I am an undergraduate doing summer project at USO. I am working on Sun's Magnetic field model. I got spiral graph for that, which looks like any spiral Galaxy. Do you think that there is some correlation between them. Or let me put this way, is magnetic field of Galaxy spiral? Thank You in advance.LHS is magnetic field lines I got for Sun, RHS is some spiral Galaxy!


The short answer is: yes, magnetic fields in spiral galaxies are generally spiral in orientation. (But it probably isn't directly correlated with your solar model.)

For example, this is a map of radio polarization (a reflection of magnetic field direction) in the galaxy IC 342 by Beck et al. (2015):

Magnetic field lines for IC 342

(The short yellow lines are indicators of polarization, and thus magnetic field, direction. See here for details of the observation)

A very good, if somewhat technical, reference is Rainer Beck's recent (2015) review article "Magnetic Fields in Spiral Galaxies"; this discusses both observations of magnetic fields in nearby galaxies (and the Milky Way) and the models for how they might be generated.

He also discusses, for example, evidence for magnetica fields in the halos of galaxies; these are (seen in projection) sometimes radial and sometimes more X-shaped, as in the case of NGC 891: magnetic field lines for NGC 891

(From Krause 2009; the short white lines indicate magnetic field line directions, based on radio polarization.)

The evidence for the Milky Way is somewhat ambiguous, for the usual reasons that it's hard to get a global picture of something you're inside of. One intriguing finding is that the magnetic field sometimes reverses direction as a function of radius; this hasn't been seen in other galaxies (though this may just be a function of resolution or the fact that we are measuring the Milky Way's magnetic fields primarily in a narrow layer of gas near the Galactic plane).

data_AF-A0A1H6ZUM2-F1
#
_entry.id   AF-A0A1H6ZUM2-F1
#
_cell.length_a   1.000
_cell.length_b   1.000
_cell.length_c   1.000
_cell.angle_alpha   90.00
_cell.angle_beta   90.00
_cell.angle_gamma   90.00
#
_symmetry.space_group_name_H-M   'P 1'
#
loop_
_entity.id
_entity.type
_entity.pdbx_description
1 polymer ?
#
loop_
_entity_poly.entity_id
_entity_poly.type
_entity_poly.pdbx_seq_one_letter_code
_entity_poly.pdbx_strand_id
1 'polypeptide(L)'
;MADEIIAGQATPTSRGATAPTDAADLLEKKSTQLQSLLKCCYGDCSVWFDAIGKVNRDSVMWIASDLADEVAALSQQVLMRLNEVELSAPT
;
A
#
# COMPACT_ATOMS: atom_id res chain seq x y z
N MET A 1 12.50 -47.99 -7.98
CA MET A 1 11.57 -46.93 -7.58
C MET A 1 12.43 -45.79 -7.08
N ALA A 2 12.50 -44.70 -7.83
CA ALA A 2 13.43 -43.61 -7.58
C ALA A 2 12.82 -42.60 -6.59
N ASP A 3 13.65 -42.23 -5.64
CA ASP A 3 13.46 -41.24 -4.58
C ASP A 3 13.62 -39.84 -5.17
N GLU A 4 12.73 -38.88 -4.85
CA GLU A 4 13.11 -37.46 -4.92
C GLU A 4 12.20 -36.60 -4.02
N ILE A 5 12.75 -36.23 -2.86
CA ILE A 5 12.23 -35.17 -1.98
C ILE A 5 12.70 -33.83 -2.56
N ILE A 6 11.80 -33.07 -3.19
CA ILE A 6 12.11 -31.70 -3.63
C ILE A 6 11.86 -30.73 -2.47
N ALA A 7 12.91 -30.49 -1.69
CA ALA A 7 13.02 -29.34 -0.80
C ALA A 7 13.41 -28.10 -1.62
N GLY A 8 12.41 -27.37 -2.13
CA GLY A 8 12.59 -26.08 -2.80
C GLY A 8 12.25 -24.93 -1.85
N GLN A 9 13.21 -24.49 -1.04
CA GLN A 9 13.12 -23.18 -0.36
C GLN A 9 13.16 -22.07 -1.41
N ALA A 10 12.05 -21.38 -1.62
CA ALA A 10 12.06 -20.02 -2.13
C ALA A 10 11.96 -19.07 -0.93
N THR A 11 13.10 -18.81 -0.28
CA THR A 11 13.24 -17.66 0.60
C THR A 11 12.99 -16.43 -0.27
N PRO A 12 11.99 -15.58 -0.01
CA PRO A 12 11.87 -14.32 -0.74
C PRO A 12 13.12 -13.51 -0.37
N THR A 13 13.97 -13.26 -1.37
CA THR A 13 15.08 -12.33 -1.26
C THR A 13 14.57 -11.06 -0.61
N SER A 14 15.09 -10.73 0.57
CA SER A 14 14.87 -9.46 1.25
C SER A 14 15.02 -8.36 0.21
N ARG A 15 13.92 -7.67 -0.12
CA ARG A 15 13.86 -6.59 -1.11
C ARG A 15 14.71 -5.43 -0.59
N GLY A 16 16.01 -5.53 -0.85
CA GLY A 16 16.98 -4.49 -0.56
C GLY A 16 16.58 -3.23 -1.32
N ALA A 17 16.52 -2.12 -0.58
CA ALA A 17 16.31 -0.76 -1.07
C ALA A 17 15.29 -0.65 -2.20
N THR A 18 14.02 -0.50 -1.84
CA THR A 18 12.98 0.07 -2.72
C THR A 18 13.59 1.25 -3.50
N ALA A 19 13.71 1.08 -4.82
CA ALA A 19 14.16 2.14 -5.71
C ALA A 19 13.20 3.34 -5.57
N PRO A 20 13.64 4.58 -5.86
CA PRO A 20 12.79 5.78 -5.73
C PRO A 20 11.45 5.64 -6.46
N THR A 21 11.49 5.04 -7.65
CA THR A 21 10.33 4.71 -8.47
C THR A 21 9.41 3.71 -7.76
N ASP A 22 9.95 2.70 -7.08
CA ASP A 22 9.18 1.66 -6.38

Take a look yourself! Below is an image detailing the Milky Way's magnetic field structure as measured from the Planck satellite (and thus necessarily from within the galaxy).

enter image description here

Although of course this has some projection effects going on and is integrated along the line of sight, so it's not the same as a view of another galaxy or as a 3D model, but it gives you some insight into the general structure.

In general, magnetic fields of galaxies are messy and unpredictable. This is due to the fact that mostly, there isn't a source for magnetic generation within the galaxy that is of a galactic size. The magnetic field of the galaxy is really just the sum total of magnetic fields produced by all the gas/dust/stars/etc. and all of these objects are doing their own thing and producing their own field, irrespective of what everything else is doing. This means there's going to be no meaningful, coherent contribution to a galactic magnetic field such that a nice structure arises.

As for your particular field from the Sun, I can't be sure what your dimensions or units are or how you're viewing the field so its hard to process your image. Overall, our Sun's magnetic field as an archimedian spiral like structure to it when viewed in the plane of the ecliptic and a "squashed" dipolar structure on a large scale (due to it hitting the ISM).

  • 1
    $\begingroup$ It looks like a Van Gogh painting. Beautiful. $\endgroup$ – Mike Harris Jun 22 '18 at 19:42

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